Although recent literature contributes considerably to countering the stereotype that non-traditional students who attend community colleges and TVET institutions do not study abroad or that they cannot benefit from this experience, limited research explores student outcomes. The literature that does exist includes qualitative survey, interview, and pre/post-design studies (Arden-Ogle, 2009; Brenner, 2016; Drexler & Campbell, 2011; Fischer, 2021; Wood & Raby, 2022b). Less research uses quantitative analysis to assess, evaluate, and explore student outcomes (Raby et al., 2014; Rhodes et al., 2016; Wood, 2019; Whatley & González Canché, 2022). Additional under-researched topics include student transformative learning (Barone, 2021) and career development (Thomas, 2016). Clearly, much work remains to unpack education abroad assessment and evaluation in the community college and TVET context and the impact of programs on students, on faculty and administrators who support them, and on local communities (both at home and abroad). Such work is also needed to address the current lack of inclusion of community colleges and community college students in the growing connections being made between the fields of international education and diversity, equity, and inclusion in higher education. This special issue aims to remedy this situation.
Key questions that this special issue aims to address:
(1) What types of need assessment are conducted for education abroad programming by those who lead community college education abroad?
(2) What is the role of leadership in the needs assessment process?
(3) Is education abroad included in Guided Pathway policies, college mission, vision, values, or other college policies? How does its inclusion or exclusion influence needs assessment research?
(4) Who makes the decisions about the types of education abroad to offer and what is the process of choosing these programs?
(5) What critical considerations are given when developing education abroad programs and curricula?
(6) How is institutional racism addressed in developing programs and curricula and in program marketing materials?
(7) Are student needs considered in the development of education abroad programming and, if so, how?
Internal Program Evaluations
(1) How are programs evaluated? Who evaluates them?
(2) Are faculty experiences evaluated and, if so, how? What programmatic components are the focus of this evaluation? What follow-up is done based on these evaluations?
(3) How are students evaluated? Are student experiences evaluated and, if so, what programmatic components are the focus of the evaluation? What follow-up is done based on these evaluations?
(4) How does college leadership conduct evaluation of education abroad programs? How does this inform needs assessment practices?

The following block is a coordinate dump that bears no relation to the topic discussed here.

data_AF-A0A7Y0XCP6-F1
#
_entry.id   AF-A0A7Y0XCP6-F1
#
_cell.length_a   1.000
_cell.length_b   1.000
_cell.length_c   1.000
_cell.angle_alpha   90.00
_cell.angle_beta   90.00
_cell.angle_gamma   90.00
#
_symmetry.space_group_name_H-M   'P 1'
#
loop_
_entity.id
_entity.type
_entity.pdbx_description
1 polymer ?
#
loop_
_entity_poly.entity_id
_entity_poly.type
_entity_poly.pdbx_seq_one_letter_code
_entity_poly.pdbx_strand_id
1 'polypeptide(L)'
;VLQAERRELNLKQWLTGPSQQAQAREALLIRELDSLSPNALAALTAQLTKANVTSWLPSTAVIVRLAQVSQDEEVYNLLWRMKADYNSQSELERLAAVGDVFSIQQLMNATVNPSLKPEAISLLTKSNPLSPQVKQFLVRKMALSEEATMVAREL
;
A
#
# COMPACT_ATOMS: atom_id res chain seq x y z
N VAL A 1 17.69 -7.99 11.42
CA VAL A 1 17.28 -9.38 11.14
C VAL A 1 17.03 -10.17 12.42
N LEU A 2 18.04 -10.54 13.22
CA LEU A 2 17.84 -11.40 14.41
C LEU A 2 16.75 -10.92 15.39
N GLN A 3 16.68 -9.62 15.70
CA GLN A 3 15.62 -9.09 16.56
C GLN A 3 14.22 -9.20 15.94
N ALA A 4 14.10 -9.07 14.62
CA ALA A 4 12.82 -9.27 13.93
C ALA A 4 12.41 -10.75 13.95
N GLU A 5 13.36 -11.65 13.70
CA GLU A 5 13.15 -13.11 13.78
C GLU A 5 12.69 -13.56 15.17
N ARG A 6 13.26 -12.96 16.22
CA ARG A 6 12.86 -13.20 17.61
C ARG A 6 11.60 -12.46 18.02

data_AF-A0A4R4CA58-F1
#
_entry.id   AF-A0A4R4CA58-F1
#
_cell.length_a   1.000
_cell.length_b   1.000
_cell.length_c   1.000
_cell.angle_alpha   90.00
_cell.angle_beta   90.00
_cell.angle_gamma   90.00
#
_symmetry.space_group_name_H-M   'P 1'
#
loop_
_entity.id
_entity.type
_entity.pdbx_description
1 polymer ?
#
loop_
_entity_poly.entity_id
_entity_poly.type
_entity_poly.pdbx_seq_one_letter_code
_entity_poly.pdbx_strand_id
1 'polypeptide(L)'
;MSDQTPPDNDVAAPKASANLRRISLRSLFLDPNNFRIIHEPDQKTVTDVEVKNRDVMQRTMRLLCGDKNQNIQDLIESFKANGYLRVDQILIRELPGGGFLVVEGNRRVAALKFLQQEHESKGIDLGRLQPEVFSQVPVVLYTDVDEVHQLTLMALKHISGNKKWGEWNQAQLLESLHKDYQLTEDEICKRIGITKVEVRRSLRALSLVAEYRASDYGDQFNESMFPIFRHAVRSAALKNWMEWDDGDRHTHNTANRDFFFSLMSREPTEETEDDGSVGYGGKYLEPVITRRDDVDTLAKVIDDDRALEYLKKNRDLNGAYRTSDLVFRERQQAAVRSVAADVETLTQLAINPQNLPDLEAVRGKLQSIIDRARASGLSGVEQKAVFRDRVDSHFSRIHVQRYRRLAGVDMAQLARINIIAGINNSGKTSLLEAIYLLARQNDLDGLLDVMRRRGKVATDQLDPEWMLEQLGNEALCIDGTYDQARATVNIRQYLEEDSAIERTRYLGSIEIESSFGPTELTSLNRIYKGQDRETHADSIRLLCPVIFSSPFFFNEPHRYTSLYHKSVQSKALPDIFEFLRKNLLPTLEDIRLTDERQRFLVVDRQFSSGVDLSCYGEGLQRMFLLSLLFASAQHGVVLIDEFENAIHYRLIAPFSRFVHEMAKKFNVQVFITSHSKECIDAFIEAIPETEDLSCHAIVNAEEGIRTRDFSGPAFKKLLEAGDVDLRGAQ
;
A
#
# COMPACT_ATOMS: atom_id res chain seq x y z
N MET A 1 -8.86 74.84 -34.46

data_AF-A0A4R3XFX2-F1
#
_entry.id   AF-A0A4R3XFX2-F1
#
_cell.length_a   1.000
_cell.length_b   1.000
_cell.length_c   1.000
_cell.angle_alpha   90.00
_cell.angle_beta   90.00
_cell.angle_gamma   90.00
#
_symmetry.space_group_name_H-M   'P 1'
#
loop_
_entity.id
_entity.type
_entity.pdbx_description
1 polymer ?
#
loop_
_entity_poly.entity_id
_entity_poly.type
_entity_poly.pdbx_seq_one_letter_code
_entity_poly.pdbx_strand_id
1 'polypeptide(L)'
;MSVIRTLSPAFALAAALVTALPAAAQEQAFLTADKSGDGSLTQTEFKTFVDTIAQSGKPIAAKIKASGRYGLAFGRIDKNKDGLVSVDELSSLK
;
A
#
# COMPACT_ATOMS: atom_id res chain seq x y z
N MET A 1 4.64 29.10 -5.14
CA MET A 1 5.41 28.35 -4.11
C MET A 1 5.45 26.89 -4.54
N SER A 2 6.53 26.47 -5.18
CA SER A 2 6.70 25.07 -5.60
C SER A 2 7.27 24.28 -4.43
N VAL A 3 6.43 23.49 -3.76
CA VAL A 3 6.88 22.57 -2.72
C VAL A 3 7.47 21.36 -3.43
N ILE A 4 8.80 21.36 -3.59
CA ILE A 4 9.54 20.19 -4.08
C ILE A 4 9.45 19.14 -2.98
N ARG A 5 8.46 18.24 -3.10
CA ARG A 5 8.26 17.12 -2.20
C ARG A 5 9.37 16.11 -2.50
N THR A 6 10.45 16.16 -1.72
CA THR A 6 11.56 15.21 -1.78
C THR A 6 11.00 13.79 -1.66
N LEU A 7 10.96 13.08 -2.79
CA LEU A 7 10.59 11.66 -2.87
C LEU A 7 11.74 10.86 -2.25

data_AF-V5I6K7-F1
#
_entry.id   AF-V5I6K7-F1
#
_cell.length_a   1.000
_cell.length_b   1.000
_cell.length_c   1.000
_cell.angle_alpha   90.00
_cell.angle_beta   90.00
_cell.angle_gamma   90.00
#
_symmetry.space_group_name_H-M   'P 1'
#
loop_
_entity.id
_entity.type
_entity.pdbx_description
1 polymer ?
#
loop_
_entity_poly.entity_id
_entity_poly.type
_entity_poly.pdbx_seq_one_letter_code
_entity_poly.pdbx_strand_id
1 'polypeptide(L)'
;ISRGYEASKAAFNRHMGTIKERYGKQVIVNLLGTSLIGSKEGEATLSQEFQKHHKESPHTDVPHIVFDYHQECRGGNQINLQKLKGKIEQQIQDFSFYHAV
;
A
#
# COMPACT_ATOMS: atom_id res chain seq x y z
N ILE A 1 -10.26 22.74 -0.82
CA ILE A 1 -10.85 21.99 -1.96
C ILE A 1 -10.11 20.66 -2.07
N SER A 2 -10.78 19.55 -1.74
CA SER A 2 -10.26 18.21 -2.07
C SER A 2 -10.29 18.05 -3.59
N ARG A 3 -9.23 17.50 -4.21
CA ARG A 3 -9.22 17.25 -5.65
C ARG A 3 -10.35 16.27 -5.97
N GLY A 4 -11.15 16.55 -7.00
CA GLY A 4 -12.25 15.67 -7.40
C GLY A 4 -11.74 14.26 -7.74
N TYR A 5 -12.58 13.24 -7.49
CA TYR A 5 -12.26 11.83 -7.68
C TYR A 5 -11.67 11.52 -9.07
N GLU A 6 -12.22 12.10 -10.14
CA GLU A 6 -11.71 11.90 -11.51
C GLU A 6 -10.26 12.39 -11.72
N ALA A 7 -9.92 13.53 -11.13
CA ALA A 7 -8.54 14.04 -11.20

(5) What are the outcomes of program evaluation for students who participate in and/or faculty and other support staff who lead education abroad?
External Program Evaluation
(1) What are student learning outcomes that result from education abroad (change in life experiences, employability, transfer, completion, well-being)?
(2) What is the impact of education abroad on communities (both local and abroad)?
(3) How and why do community members (non-students) participate in community college education abroad programs?
(4) How do other stakeholders, e.g., employers, community organizations, community college partner organizations, view education abroad?
Submitting a Proposal:
Interested authors should first submit a 500-word abstract that clearly identify one or more of the aforementioned questions as the focus of their proposed article. Please include an overview of as many of the following as applicable: objectives or purposes of the article; methods, techniques, or modes of inquiry; data sources or evidence (if applicable); and results, conclusions, or point of view.
Please send the abstract for consideration to Guest Editor Melissa Whatley, firstname.lastname@example.org, with the subject line “Frontiers CC/TVET Proposal” by December 16, 2022 for full consideration.
Guest Editors will invite full-length submissions on the basis of the abstract, with manuscripts due in March 2023. Article submissions will be subjected to blind review organized by the guest editors, and multiple rounds of revisions may be requested. Publication decisions subject to final approval by the Frontiers Editor.
Please note: Submission of an article for consideration for this special issue represents a commitment by all authors of the submission to serve as peer reviewers of other articles, if called upon at the discretion of the Guest Editors.
December 16, 2022: Proposals due
December 2022: Proposal decisions confirmed
March 15, 2023: Manuscripts due
March 15 – May 15, 2023: Peer review
May 30, 2023: Revision requests received
July 30, 2023: Revisions due
August 15, 2023: Second revision request received (if needed)
September 30, 2023: Final manuscripts due
October 1– November 1, 2023: Copyediting
February 2024: Publication